The Mehrabian Model Of Communication
Josh, the CEO of an IT start-up in Hyderabad, is preparing for what he believes is the biggest opportunity for…
April 12, 2021 | 4 mins read
Josh, the CEO of an IT start-up in Hyderabad, is preparing for what he believes is the biggest opportunity for his organization. He has to present his organization’s latest cloud computing system before a global tech giant. If Josh can nail the presentation, his organization’s fortunes may turn overnight.
At the meeting, Josh manages to cover all the points he had prepared. But something doesn't feel right; the mood in the room after Josh stops speaking is not one of excitement or optimism. A week later, Josh is told that his pitch has been rejected.
What went wrong for Josh had nothing to do with what he said during the presentation. It had to do with how he said it. As a shy public speaker, Josh did not use the necessary skills to hold his audience’s attention. Instead of moderating his voice, Josh delivered the hour-long presentation in a somewhat toneless voice. Instead of using his hands to supplement his words with gestures, Josh kept his hands by his side while speaking.
In other words, Josh made inefficient use of non-verbal communication cues, which ultimately sank his presentation. Perhaps, things could’ve been different for Josh had somebody told him about the Mehrabian Model of Communication before his meeting.
In the 1970s, Prof. Albert Mehrabian of the University of California in Los Angeles came up with the pathbreaking Mehrabian model to characterize human communication. His studies suggested that as human beings, we overwhelmingly deduce our impressions and feelings about a speaker based on their body language and tone of voice, rather than the content of their speech.
In fact, the Mehrabian model went on to quantify the impact of non-verbal communication through what is now known as the 7-38-55 rule. According to the Mehrabian model, only 7% of personal communication relies on verbal communication or the actual words that are spoken. The remaining 93% lies in non-verbal communication, with 38% comprising tone of voice and 55% concerned with body language.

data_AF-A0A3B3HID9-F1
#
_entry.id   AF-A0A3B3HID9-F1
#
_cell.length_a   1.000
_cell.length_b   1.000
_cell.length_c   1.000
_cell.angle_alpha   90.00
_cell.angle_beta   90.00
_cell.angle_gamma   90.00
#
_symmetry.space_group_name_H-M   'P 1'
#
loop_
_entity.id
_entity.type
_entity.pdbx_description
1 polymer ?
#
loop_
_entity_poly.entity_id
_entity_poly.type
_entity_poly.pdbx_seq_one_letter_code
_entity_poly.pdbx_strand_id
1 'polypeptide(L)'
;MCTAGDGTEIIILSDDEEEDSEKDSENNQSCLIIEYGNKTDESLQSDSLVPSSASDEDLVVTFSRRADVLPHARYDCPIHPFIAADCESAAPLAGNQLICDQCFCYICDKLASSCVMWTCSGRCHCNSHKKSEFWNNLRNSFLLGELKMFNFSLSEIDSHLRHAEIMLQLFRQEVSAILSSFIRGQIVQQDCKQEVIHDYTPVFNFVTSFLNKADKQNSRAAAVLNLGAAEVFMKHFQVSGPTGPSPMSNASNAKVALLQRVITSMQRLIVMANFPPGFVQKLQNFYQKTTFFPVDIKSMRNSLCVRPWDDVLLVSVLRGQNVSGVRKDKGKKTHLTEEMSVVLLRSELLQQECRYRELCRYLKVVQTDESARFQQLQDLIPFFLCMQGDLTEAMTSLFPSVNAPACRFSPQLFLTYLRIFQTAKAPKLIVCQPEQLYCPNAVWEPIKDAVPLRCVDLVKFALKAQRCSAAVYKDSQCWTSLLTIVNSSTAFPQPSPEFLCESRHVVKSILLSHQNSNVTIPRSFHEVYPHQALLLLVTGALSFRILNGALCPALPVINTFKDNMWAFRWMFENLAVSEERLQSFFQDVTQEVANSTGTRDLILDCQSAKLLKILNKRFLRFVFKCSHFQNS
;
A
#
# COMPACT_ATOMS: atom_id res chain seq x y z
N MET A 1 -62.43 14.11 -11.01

Therefore, to communicate successfully, the Mehrabian rule can be incorporated into one’s style of communication, with considerable focus on optimizing one’s tone of voice and body language.
But how exactly can this optimization come about? Going through the following steps will answer that question, helping anyone make the most of their communication skills with the Albert Mehrabian Communication Model.
Mastering one’s tone of voice has nothing to do with speaking softly. Rather, it’s about understanding the environment in which you’re speaking and adjusting your voice accordingly. In this regard, these steps will prove useful:
Altering the tone and pitch
Alterations in tone and/or pitch must be slow and organic, with the pitch usually rising to convey greater emotion and falling to convey greater emphasis
If in a big room with few people, echoes can affect a speaker’s voice
If addressing a small gathering in a small space, the speaker can continue without a microphone
Tone of voice should be consistent with the subject of the speech
The Albert Mehrabian rule highlights the importance of body language in communication. The key to using body language effectively is understanding the importance of subtlety and knowing the meaning behind simple, everyday gestures. Let’s check out the following steps to have a much better idea of how one can use body language to convey a message more effectively.
Making eye contact with the audience as much as possible
Gesturing to stimulate curiosity and interest in the audience
Smiling whenever appropriate implies positivity
Mirroring or imitating the postures or mannerisms of the other person (without being blatant to the point of mimicking)
Avoiding eccentric or confusing gestures, grimaces and poker-faced expressions
Mastering tone of voice and body language is no easy task. It requires regular practical application alongside working knowledge of theories like the Mehrabian Model of Communication.
At Harappa, your employees will be provided with a comprehensive guide to optimizing their communication skills through the Compelling Communication Program. Our program will allow your associates to:
Articulate the most important ideas with precision
Leverage moments of communication to leave an enduring impression
Tailor messages to the audience
Besides the Albert Mehrabian theory, they can learn about other intriguing concepts like Aristotle’s Appeals, the Pyramid Principle, the Power of Three, etc.
With over 20,000 learners and a completion rate of 80%, this program has already been rolled out to organizations like Tata Consultancy Services, Mahindra and British Council.
It’s your organization’s turn next!
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